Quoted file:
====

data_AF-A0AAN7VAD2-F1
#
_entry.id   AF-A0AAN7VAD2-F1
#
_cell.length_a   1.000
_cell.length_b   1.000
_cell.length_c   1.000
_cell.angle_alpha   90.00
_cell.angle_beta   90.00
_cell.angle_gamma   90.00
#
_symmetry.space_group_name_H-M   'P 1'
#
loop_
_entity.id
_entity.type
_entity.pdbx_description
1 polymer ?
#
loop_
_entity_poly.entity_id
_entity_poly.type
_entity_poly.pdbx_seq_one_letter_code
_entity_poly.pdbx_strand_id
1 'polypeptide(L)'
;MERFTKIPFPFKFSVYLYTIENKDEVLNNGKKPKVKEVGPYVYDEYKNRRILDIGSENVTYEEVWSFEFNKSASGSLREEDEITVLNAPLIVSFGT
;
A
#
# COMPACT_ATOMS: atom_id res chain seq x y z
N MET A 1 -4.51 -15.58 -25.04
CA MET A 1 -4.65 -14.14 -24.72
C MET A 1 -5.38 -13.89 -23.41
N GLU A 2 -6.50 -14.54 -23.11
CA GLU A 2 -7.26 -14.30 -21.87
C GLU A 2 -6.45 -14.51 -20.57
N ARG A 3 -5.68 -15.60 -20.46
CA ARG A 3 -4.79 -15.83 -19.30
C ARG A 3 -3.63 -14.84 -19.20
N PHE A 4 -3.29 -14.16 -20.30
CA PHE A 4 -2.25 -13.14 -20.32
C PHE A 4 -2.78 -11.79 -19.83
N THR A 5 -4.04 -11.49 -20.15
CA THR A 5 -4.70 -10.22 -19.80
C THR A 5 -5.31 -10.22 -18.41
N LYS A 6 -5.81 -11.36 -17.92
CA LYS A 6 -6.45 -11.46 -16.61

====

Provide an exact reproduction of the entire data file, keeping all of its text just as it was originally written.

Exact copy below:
data_AF-A0AAN7VAD2-F1
#
_entry.id   AF-A0AAN7VAD2-F1
#
_cell.length_a   1.000
_cell.length_b   1.000
_cell.length_c   1.000
_cell.angle_alpha   90.00
_cell.angle_beta   90.00
_cell.angle_gamma   90.00
#
_symmetry.space_group_name_H-M   'P 1'
#
loop_
_entity.id
_entity.type
_entity.pdbx_description
1 polymer ?
#
loop_
_entity_poly.entity_id
_entity_poly.type
_entity_poly.pdbx_seq_one_letter_code
_entity_poly.pdbx_strand_id
1 'polypeptide(L)'
;MERFTKIPFPFKFSVYLYTIENKDEVLNNGKKPKVKEVGPYVYDEYKNRRILDIGSENVTYEEVWSFEFNKSASGSLREEDEITVLNAPLIVSFGT
;
A
#
# COMPACT_ATOMS: atom_id res chain seq x y z
N MET A 1 -4.51 -15.58 -25.04
CA MET A 1 -4.65 -14.14 -24.72
C MET A 1 -5.38 -13.89 -23.41
N GLU A 2 -6.50 -14.54 -23.11
CA GLU A 2 -7.26 -14.30 -21.87
C GLU A 2 -6.45 -14.51 -20.57
N ARG A 3 -5.68 -15.60 -20.46
CA ARG A 3 -4.79 -15.83 -19.30
C ARG A 3 -3.63 -14.84 -19.20
N PHE A 4 -3.29 -14.16 -20.30
CA PHE A 4 -2.25 -13.14 -20.32
C PHE A 4 -2.78 -11.79 -19.83
N THR A 5 -4.04 -11.49 -20.15
CA THR A 5 -4.70 -10.22 -19.80
C THR A 5 -5.31 -10.22 -18.41
N LYS A 6 -5.81 -11.36 -17.92
CA LYS A 6 -6.45 -11.46 -16.61